that’s what sells records. Apply the same to rap, country, you name it, it
works. The general population likes to listen to things they can relate to; this
isn’t rocket science.

By the way, clearly there are songs that have seen commercial
success and have had lyrics that are not relatable, nor have they enticed the
listener into escapism. These songs are usually successful due to either the
novel characteristics, or just the amazing chorus/hook that renders the lyrics
irrelevant. I never said my theory was fool-proof.***

So can 30 million Nickelback fans can be wrong?  That depends on whose definition of wrong
we’re talking about. From my perspective as a major label A&R guy (whose
job depends on signing bands that sell a lot of records) anybody who buys a
record in this day and age has impeccable taste.  But from my music junkie/fan perspective, and
the perspective of a lot of my friends, their taste in music is questionable at
best. The real question I have is can that amount of commercial success be seen
while maintaining artistic integrity enough to please both passive and active
music fans. I can count the amount of bands that have achieved this in the past
ten years on one hand, so I’m not holding my breath, but I will always hold out

***There are other exceptions. Even though I haven’t particularly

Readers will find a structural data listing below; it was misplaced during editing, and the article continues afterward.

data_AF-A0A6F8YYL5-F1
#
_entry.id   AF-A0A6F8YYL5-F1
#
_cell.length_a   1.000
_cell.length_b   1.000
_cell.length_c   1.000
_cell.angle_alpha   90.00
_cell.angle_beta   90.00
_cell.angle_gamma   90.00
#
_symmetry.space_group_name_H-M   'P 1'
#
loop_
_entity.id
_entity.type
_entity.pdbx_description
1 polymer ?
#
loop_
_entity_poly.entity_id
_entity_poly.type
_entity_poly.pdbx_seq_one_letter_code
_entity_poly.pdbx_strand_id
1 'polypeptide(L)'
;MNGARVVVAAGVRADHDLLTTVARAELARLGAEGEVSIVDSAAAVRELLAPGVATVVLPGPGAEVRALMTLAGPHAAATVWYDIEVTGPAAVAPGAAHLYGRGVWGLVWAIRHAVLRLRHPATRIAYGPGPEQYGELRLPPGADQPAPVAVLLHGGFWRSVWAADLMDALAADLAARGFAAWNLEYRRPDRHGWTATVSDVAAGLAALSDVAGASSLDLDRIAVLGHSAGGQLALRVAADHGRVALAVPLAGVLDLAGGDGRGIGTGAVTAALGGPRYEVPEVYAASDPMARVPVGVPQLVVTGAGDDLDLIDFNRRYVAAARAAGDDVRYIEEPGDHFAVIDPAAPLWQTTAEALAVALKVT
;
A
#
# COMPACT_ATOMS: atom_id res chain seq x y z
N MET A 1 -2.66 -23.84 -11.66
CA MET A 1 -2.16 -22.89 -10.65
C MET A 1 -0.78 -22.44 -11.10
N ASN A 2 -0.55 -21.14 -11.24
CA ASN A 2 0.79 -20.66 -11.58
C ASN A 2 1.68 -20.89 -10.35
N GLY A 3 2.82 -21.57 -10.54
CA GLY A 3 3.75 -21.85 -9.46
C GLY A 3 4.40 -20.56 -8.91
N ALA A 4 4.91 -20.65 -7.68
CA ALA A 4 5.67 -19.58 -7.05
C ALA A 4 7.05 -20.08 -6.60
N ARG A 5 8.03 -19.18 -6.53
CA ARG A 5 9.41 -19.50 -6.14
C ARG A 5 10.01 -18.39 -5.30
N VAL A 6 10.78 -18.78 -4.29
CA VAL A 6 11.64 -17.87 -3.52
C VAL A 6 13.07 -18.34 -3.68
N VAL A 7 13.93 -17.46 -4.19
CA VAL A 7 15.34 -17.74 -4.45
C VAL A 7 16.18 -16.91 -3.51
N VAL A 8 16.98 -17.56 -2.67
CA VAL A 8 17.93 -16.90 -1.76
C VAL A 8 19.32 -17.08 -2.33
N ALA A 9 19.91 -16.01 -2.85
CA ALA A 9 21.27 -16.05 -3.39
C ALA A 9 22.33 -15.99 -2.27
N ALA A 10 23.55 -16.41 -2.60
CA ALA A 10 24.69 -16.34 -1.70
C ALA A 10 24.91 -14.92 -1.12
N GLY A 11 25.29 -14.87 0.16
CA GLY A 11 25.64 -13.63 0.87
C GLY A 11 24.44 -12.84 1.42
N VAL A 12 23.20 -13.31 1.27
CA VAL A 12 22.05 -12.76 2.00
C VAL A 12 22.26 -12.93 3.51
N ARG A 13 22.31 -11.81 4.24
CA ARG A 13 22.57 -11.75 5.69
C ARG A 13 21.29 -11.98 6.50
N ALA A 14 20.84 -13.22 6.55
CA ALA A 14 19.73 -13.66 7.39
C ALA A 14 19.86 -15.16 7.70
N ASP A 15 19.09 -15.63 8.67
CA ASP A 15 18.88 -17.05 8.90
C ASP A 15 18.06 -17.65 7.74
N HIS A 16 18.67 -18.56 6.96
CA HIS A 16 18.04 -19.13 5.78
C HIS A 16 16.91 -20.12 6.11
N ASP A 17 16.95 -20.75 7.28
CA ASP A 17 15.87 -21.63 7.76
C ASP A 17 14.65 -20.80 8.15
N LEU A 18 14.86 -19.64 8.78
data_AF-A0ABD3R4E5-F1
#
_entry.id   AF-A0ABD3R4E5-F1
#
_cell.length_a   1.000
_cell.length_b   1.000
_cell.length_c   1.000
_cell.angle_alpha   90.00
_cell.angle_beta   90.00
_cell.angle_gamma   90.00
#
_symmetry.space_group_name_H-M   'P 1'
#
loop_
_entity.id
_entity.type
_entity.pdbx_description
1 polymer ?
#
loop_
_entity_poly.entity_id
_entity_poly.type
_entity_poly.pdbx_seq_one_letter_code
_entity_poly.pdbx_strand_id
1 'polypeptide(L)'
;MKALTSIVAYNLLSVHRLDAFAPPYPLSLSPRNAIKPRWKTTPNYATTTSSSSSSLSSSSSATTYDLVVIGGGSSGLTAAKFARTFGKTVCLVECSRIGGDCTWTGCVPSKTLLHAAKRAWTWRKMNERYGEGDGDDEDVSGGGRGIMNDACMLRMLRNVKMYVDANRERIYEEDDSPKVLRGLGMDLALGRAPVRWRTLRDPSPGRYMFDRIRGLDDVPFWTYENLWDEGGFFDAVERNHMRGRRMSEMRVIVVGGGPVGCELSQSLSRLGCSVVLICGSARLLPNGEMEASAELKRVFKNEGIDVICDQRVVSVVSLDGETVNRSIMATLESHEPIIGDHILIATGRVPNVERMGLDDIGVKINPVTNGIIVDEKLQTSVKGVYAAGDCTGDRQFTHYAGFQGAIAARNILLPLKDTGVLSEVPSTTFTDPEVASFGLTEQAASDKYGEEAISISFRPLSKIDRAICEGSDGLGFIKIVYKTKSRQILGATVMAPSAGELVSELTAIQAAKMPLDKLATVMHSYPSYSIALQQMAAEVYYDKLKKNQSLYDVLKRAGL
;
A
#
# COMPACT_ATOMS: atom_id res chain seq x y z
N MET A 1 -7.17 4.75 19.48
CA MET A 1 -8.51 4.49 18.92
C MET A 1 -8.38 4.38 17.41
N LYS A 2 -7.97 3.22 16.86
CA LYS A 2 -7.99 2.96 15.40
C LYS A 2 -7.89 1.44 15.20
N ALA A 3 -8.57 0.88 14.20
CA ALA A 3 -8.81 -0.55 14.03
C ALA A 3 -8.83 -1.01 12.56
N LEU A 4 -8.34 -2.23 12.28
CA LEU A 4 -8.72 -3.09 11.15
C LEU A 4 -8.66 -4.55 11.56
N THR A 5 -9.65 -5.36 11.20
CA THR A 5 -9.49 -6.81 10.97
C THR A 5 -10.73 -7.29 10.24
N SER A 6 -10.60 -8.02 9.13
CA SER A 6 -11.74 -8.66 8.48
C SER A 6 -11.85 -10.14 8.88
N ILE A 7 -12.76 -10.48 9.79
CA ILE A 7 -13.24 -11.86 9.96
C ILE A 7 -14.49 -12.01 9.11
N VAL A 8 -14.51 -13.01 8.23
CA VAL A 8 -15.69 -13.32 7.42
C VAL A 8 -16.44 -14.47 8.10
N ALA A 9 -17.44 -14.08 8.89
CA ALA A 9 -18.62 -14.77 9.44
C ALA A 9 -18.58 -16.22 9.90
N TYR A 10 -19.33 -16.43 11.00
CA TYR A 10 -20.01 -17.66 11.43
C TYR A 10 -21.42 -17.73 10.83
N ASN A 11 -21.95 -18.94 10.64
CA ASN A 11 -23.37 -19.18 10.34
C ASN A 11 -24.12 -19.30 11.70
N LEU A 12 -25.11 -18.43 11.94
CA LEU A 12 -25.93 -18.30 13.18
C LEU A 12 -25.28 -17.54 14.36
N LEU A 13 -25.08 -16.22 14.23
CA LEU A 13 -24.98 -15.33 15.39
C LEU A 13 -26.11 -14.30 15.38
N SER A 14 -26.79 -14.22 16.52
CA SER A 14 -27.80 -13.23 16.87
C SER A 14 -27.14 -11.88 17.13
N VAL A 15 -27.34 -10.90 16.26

cared for their last couple of records, one of my favorite bands of all time
(easily in my top 5) is Radiohead, and when it comes to album sales they are
definitely an anomaly. As a full-fledged music junkie, I find Radiohead’s music
(up through 2001’s Amnesiac) smart,
entertaining, innovative, and highly listenable. But that’s not the case for
everyone. Radiohead hasn’t had a full-fledged commercial radio hit in years,
despite the large amounts of money spent by their former label on their radio
campaigns (and yes I know that as a band they haven’t exactly tried or cared
for radio success).  Could this be
because the average Joe (or Sarah) can’t relate to “Yesterday I woke up sucking
a lemon” (from Kid A’s “Everything In
Its Right Place”
2000), or “While you make pretty speeches, I'm being cut to shreds
, you feed me to
the lions,
a delicate balance” (from Amnesiac’s “Like Spinning Plates” 2001).
I’m willing to bet on it. Their biggest commercial hit was 1993’s Creep and
that was due to the amazing hook in the chorus, the stuttering guitar, and
unforgettable line “I’m A Creep, I’m a Werido.” Very relatable to the slacker
Generation X culture of the time. Non-music heads don’t want to have to think deeply
about the music they listen to, and that’s ok. Just like I don’t really like to
dig deeply into who’s on the Falcon’s special teams this coming season, they
don’t want to try to figure out what Thom York means when he says “Two and two
always makes five” (because it doesn’t, it always makes four—see?!).


**Fun Fact: While writing this piece, I heard about a friend
of mine who’s brother recently broke up with a girl when as they were walking
into a restaurant she declared her love for Nickelback. He left on the spot.

-jay harren